Make us your home page
Instagram

Today’s top headlines delivered to you daily.

(View our Privacy Policy)

Renaming 'Common Core' standards does little to end Florida's education debate

TALLAHASSEE — The state education department tried to distance itself from the controversial Common Core State Standards last week by recommending changes to the benchmarks and giving them a new name.

"The proposed standards are truly our own," Deputy Chancellor Mary Jane Tappen said during a Tuesday workshop on the freshly named "Florida Standards."

But is Florida really moving away from the national benchmarks, which have drawn tea party ire in recent months? Or are the suggested revisions a matter of semantics?

"At their heart, the standards in Florida are still Common Core standards," said Anne Hyslop, a policy analyst with New America Foundation's Education Policy Program, noting that many of the proposed changes are minor.

Hyslop added: "The rebranding and messaging is largely political."

The Common Core State Standards outline what students should know at each grade level. They have been adopted in 45 states and the District of Columbia and are already being used in schools throughout Florida.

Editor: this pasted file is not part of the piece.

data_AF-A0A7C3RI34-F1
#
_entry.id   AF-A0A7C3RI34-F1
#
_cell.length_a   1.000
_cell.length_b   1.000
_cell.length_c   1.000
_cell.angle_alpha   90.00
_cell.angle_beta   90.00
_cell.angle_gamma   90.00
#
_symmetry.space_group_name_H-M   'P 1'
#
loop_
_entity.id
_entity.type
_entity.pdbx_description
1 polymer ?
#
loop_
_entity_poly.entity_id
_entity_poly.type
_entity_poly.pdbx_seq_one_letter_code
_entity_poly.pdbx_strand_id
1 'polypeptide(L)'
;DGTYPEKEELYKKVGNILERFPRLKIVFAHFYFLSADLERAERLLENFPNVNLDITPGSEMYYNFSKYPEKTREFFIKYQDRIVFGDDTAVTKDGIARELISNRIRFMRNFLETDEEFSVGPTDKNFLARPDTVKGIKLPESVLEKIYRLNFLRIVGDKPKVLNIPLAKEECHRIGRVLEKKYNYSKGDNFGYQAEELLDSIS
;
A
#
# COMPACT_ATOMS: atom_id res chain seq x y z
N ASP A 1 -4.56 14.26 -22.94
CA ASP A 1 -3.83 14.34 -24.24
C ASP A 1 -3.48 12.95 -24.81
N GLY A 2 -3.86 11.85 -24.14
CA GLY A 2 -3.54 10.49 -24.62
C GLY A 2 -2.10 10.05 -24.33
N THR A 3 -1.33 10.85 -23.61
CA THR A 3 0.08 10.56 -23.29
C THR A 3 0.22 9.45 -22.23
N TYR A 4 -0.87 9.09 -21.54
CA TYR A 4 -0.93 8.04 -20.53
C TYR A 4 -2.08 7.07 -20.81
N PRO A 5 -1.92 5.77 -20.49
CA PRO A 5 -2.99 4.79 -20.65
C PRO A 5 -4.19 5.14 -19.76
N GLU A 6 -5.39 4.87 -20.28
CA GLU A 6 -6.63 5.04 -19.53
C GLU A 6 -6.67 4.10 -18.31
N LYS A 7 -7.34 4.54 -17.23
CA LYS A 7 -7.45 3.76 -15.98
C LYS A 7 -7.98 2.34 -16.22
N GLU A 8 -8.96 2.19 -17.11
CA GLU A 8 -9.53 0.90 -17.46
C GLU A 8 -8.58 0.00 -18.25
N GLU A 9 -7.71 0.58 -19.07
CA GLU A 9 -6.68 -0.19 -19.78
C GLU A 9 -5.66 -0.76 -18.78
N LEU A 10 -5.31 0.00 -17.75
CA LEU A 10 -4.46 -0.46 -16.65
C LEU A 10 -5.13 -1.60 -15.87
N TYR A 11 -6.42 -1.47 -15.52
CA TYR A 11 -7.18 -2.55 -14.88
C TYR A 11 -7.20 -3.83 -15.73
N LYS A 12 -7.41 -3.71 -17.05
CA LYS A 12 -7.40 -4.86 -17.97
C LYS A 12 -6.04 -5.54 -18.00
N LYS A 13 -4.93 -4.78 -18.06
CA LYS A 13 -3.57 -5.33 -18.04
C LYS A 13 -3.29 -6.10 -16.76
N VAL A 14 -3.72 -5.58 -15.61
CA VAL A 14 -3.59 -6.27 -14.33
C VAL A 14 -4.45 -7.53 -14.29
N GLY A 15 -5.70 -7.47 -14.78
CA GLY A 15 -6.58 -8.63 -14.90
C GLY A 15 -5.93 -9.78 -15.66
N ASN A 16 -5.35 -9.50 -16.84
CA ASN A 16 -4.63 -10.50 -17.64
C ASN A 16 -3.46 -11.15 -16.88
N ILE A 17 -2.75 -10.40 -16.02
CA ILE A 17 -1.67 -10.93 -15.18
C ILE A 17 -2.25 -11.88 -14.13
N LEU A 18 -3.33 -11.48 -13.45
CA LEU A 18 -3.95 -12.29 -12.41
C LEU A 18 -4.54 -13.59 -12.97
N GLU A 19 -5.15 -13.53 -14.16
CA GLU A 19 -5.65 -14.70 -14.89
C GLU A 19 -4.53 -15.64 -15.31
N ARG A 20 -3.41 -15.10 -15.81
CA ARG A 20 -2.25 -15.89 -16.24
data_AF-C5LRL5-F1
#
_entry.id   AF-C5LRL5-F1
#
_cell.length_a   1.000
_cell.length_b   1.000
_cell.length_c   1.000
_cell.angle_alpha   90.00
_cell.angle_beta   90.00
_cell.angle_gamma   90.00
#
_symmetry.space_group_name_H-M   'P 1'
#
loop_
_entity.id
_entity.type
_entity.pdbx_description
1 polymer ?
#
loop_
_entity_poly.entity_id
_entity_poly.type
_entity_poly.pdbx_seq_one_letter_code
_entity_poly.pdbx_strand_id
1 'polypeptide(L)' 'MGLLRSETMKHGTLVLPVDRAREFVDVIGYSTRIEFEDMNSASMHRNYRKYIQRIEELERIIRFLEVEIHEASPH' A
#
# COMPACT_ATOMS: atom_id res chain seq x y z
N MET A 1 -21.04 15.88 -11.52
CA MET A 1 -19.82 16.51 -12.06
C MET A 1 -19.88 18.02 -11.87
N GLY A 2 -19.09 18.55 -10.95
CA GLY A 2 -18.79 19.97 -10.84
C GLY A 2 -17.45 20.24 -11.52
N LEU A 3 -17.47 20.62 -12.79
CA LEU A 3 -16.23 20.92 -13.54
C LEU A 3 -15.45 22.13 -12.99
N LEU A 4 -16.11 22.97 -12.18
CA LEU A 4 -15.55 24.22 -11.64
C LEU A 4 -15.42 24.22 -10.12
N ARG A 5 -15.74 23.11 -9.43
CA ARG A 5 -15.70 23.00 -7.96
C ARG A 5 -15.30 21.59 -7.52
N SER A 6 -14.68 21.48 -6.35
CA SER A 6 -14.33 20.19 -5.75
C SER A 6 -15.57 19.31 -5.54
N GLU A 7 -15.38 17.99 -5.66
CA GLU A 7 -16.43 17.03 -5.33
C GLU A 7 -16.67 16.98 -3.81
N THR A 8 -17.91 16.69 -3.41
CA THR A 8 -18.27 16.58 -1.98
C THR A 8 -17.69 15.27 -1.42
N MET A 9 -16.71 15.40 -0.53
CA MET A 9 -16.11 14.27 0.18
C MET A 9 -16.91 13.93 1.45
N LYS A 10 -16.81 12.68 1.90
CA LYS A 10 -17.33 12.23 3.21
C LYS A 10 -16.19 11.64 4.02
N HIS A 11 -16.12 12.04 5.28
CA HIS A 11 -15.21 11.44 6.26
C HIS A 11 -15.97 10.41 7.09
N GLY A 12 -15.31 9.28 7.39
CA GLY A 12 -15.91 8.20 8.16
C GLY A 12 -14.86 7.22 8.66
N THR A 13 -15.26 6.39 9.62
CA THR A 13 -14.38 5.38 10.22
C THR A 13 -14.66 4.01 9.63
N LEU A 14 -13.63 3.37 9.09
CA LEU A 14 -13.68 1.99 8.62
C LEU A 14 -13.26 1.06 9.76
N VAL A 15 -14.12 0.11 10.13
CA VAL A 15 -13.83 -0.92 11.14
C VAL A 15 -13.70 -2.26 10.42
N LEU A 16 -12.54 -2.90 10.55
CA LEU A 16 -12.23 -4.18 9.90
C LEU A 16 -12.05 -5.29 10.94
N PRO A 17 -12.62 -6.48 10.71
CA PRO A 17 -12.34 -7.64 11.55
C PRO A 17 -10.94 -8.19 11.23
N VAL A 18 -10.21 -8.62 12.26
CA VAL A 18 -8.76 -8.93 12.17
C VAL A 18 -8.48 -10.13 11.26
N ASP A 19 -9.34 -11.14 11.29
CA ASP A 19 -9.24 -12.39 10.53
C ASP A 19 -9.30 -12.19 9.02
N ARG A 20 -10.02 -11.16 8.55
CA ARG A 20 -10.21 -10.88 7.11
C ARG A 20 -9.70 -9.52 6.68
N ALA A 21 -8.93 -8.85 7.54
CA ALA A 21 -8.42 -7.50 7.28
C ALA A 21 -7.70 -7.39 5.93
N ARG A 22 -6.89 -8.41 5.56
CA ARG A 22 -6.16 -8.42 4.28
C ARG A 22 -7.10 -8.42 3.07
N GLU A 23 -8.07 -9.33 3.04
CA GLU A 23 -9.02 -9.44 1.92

The Common Core became a lightning rod in the summer when conservative critics branded the education standards an example of federal overreach.

Vocal opponents called on Florida to "withdraw" from the initiative and create standards of its own.

Since then, the phrase "Common Core" has been on its way out in Florida. It was so conspicuously absent from the October state Board of Education meeting that Chairman Gary Chartrand reassured his colleagues: "It's okay to say it."

" 'Common Core State Standards' is not a dirty word," Chartrand said.

Earlier this month, state lawmakers published a proposal to strike the words "Common Core" from state law.

State Education Commissioner Pam Stewart introduced the name "Florida Standards" last week, alongside 98 recommended changes to the benchmarks.